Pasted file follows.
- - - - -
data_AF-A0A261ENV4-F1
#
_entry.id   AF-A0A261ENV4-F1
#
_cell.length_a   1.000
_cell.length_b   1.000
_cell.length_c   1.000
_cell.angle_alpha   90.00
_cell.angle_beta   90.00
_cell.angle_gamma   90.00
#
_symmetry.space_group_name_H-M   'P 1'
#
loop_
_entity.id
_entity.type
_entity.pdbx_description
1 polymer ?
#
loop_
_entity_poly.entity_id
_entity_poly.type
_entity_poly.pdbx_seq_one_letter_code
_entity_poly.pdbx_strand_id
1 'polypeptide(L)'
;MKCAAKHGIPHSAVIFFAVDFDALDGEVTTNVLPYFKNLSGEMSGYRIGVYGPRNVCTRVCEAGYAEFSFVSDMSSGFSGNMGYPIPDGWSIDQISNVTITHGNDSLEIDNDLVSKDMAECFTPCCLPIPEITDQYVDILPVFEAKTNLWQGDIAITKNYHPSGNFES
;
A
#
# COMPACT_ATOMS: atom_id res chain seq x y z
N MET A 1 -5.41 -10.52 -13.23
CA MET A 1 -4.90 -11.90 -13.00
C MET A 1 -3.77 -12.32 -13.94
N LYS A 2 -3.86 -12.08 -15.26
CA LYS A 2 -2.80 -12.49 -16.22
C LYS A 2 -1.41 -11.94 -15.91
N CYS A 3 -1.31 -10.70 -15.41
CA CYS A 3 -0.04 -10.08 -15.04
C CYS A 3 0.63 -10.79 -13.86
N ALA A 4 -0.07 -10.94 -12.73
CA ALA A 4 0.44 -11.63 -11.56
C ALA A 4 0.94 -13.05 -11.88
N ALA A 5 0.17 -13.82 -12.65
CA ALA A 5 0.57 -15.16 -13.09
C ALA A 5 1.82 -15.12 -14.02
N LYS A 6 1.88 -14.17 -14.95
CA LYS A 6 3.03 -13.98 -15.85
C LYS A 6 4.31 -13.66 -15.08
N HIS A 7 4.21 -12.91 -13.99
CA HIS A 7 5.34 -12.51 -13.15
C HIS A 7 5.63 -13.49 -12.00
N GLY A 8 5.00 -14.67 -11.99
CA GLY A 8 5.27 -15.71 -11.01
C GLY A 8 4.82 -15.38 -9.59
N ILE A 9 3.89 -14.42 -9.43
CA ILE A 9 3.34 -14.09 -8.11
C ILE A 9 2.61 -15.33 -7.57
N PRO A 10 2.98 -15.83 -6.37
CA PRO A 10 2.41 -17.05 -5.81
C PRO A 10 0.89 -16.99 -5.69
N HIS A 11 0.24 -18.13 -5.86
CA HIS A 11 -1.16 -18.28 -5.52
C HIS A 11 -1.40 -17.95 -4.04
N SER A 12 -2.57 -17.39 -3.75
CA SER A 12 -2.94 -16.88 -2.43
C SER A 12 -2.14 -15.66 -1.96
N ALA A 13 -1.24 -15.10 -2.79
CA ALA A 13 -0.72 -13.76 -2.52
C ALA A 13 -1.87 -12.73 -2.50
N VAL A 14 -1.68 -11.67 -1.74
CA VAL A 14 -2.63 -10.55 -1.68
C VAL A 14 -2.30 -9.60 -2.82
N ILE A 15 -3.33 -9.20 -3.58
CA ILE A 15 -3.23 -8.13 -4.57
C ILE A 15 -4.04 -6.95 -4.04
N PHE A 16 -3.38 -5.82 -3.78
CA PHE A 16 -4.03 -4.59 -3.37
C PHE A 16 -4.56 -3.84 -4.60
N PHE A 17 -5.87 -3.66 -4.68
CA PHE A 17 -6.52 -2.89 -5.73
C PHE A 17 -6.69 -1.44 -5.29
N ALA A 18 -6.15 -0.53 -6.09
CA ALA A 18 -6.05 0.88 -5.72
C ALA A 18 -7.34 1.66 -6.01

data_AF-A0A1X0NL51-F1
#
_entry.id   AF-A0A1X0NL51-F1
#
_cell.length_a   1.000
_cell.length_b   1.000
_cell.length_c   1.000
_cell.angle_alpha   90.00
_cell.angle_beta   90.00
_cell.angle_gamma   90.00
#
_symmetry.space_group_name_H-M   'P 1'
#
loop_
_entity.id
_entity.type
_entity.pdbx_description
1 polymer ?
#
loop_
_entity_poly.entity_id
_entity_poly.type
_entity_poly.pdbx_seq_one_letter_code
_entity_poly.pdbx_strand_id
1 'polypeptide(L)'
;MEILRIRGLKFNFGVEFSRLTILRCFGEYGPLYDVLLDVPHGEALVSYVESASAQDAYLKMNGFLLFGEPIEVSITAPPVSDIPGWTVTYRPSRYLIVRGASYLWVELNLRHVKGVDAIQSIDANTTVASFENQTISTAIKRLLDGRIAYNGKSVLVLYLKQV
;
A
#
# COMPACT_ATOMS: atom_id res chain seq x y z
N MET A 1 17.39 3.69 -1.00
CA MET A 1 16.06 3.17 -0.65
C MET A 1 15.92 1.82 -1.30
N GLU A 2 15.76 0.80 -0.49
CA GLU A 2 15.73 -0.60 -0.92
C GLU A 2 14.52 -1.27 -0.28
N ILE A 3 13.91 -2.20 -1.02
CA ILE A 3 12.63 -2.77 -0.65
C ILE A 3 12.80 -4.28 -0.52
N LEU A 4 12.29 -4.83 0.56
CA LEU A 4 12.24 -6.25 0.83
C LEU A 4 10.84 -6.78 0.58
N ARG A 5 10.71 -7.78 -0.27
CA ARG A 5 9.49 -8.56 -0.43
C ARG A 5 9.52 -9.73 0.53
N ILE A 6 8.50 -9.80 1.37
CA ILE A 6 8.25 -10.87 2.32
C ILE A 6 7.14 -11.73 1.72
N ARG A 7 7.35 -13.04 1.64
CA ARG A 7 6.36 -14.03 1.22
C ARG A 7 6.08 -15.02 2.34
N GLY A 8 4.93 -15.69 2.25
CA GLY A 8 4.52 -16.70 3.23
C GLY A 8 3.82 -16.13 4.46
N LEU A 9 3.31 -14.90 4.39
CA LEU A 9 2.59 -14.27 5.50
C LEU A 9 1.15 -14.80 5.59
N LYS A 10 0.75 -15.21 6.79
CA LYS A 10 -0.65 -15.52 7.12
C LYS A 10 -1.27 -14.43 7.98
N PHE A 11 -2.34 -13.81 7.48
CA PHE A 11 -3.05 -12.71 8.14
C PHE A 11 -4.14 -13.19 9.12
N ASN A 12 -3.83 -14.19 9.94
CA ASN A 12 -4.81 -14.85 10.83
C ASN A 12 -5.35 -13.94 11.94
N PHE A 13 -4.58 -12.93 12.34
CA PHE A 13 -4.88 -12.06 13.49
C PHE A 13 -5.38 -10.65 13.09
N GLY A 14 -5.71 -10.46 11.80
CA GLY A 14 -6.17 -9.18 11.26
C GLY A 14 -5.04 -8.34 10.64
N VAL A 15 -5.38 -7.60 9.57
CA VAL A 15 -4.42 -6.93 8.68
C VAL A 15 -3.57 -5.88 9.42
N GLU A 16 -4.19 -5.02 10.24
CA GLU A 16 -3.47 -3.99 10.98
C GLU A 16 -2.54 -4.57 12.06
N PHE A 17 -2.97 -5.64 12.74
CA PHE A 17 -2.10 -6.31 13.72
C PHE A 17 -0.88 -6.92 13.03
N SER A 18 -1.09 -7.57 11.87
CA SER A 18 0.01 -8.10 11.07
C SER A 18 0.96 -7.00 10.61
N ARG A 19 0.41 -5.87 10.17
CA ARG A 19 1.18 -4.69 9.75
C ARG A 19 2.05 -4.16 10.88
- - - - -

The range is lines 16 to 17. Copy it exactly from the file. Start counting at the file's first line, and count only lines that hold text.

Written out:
_entity.type
_entity.pdbx_description